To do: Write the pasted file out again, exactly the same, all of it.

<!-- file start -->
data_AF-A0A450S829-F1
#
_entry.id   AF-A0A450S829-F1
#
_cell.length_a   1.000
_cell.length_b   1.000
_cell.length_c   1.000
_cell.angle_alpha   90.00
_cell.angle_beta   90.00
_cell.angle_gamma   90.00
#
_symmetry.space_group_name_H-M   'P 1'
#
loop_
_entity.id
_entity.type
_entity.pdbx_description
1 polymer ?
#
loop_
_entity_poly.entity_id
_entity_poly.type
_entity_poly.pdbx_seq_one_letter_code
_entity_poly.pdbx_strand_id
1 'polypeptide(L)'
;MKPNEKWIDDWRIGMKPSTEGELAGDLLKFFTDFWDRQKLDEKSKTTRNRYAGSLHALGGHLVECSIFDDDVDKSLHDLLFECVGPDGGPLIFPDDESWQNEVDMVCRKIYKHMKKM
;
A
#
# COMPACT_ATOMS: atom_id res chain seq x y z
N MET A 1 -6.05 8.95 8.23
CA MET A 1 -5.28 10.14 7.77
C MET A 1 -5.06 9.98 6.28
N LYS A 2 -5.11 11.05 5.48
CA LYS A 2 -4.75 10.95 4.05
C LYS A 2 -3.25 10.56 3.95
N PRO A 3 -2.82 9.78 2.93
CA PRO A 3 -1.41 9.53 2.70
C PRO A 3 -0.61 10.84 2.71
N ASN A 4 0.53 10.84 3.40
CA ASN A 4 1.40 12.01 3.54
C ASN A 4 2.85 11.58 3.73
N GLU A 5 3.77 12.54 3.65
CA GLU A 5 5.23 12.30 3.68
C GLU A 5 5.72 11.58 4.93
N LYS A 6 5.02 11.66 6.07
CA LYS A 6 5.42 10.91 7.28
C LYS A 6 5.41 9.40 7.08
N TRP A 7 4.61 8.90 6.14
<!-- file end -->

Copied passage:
data_AF-A0A450S829-F1
#
_entry.id   AF-A0A450S829-F1
#
_cell.length_a   1.000
_cell.length_b   1.000
_cell.length_c   1.000
_cell.angle_alpha   90.00
_cell.angle_beta   90.00
_cell.angle_gamma   90.00
#
_symmetry.space_group_name_H-M   'P 1'
#
loop_
_entity.id
_entity.type
_entity.pdbx_description
1 polymer ?
#
loop_
_entity_poly.entity_id
_entity_poly.type
_entity_poly.pdbx_seq_one_letter_code
_entity_poly.pdbx_strand_id
1 'polypeptide(L)'
;MKPNEKWIDDWRIGMKPSTEGELAGDLLKFFTDFWDRQKLDEKSKTTRNRYAGSLHALGGHLVECSIFDDDVDKSLHDLLFECVGPDGGPLIFPDDESWQNEVDMVCRKIYKHMKKM
;
A
#
# COMPACT_ATOMS: atom_id res chain seq x y z
N MET A 1 -6.05 8.95 8.23
CA MET A 1 -5.28 10.14 7.77
C MET A 1 -5.06 9.98 6.28
N LYS A 2 -5.11 11.05 5.48
CA LYS A 2 -4.75 10.95 4.05
C LYS A 2 -3.25 10.56 3.95
N PRO A 3 -2.82 9.78 2.93
CA PRO A 3 -1.41 9.53 2.70
C PRO A 3 -0.61 10.84 2.71
N ASN A 4 0.53 10.84 3.40
CA ASN A 4 1.40 12.01 3.54
C ASN A 4 2.85 11.58 3.73
N GLU A 5 3.77 12.54 3.65
CA GLU A 5 5.23 12.30 3.68
C GLU A 5 5.72 11.58 4.93
N LYS A 6 5.02 11.66 6.07
CA LYS A 6 5.42 10.91 7.28
C LYS A 6 5.41 9.40 7.08
N TRP A 7 4.61 8.90 6.14